Ok I admit I'm not a huge egg fan but I can cook them pretty well. The thing I keep hearing is to not let omelets or other egg dishes get brown. In fact it seems that most egg dishes are served under cooked, still slightly slimy when I see Food Network. What the deal?
They just appear that way because you aren't used to seeing food that is being lit by a bunch of super bright studio lights.
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Old 01-14-2018, 11:23 AM
 
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OK, when you "brown" egg you denaturate protein in it to the point that it becomes less digestible by GI tract. Basically, you are eating something you can't digest and overtax your GI system.

As of other egg browning:

The proteins within eggs can participate in the Maillard reaction when exposed to heat, producing a desirable brown color. The Maillard reaction is responsible for the golden crust of baked products such as yellow batter cake,2 meat browning and the dark color of roasted coffee.3
In addition, egg yolk contributes rich color to various foods via xanthophyll, a carotenoid with a yellow-orange pigment that gives the yolk its characteristic color.4 Egg yolks impart a rich yellow color to cakes and are often used to fortify whole egg products within formulations to yield a more intense color or increased emulsifying action. The pleasing color that eggs impart to baked foods has long been accepted as a mark of superior quality.5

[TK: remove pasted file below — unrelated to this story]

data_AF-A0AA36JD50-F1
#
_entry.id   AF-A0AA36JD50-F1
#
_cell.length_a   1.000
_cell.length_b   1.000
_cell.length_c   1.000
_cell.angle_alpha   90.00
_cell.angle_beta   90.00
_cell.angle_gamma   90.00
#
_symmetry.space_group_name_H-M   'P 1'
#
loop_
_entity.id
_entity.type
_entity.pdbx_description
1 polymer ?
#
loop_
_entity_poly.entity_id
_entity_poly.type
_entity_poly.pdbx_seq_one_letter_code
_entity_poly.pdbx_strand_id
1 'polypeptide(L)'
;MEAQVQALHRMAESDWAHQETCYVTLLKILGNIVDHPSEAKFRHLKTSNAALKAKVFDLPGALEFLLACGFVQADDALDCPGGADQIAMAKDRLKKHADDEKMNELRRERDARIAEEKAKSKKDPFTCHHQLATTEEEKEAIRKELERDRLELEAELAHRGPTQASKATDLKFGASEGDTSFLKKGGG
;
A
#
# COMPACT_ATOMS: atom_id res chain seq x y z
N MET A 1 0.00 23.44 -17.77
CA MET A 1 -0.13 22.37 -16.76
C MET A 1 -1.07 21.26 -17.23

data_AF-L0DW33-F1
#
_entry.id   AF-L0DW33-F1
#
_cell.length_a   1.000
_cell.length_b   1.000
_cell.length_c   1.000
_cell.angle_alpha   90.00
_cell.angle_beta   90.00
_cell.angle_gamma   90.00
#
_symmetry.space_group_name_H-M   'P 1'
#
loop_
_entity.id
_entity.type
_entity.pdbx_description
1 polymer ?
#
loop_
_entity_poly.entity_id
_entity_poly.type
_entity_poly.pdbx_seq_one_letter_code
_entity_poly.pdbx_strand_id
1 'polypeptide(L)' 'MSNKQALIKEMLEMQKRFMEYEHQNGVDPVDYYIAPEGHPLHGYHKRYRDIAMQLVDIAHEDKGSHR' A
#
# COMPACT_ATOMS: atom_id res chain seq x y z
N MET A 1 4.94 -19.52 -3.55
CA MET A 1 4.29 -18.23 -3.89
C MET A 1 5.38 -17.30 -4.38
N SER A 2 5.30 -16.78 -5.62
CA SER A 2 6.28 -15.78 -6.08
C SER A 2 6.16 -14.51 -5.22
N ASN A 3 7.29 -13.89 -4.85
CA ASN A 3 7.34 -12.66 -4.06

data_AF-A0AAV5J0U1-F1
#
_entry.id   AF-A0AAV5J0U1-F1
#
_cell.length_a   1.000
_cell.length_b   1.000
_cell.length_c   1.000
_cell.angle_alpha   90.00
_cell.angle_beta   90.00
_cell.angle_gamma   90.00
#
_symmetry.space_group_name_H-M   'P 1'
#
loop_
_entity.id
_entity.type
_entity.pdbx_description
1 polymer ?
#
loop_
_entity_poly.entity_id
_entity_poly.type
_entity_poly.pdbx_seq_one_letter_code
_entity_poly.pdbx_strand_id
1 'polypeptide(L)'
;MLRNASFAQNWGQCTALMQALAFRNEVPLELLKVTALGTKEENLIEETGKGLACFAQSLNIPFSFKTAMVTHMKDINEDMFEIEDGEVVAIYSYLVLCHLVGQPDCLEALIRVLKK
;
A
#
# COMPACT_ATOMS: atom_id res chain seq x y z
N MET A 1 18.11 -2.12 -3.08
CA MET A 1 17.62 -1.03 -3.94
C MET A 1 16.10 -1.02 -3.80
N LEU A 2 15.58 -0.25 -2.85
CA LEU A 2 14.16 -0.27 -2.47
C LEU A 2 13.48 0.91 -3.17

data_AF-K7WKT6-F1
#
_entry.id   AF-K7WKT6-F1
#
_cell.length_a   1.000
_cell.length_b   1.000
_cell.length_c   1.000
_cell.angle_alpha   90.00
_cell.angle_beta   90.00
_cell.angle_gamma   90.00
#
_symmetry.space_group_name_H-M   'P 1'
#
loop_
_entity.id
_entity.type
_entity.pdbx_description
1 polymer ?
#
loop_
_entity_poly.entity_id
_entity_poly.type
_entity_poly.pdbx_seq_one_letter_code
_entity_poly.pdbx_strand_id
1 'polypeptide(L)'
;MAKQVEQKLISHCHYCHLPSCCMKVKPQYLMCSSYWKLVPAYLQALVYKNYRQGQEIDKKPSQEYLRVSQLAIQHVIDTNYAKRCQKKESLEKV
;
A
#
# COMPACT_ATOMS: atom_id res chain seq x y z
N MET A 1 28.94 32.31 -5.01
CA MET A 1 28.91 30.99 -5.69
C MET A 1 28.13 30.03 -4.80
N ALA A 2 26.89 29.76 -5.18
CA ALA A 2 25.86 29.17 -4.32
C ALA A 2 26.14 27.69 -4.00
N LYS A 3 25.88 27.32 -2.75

Browning/Color - American Egg Board
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Old 01-14-2018, 11:25 AM
 
Location: USA
12,272 posts, read 7,007,330 times
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Quote:
Originally Posted by Brian_M View Post
Easy enough to have eggs that are both Cooked and Not browned. That's the way I cook them (and like them).
^^^^^This. Just make sure your heat isn't too high, and be patient. Let them cook slowly. I always flip the omelet, then turn off the burner, then add the ingredients, (cheese, veggies, ham) wait a short bit so the cheese melts, then fold it over, and serve.
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Old 01-14-2018, 12:02 PM
 
Location: Boonies of N. Alabama
2,266 posts, read 2,060,269 times
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I don't like runny whites in any egg however cooked. I tolerate scrambled eggs on occasion only and like them with cheese and just cooked to set. I alternate on fried eggs as to whether or not I want them 'browned' or not. I sometimes actually like to break the yolks all over the fried egg and for it to get crispy all around the edges. I like an omelet cooked til set or with a little brown. As long as the egg isn't too dried out and really... it's what's on the inside of the omelet that will make me decide whether I like it or not.
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Old 01-14-2018, 02:56 PM
 
26,643 posts, read 44,502,601 times
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Quote:
Originally Posted by Debsi View Post
To me, browned scrambled eggs have an unpleasant odor and flavor. I don't like them underdone either. I mostly eat eggs at home.
Eggs I think have sulphur as underlying attribute so when cooked too long or at too high a temp and turn brown, they can pull that sulphur taste...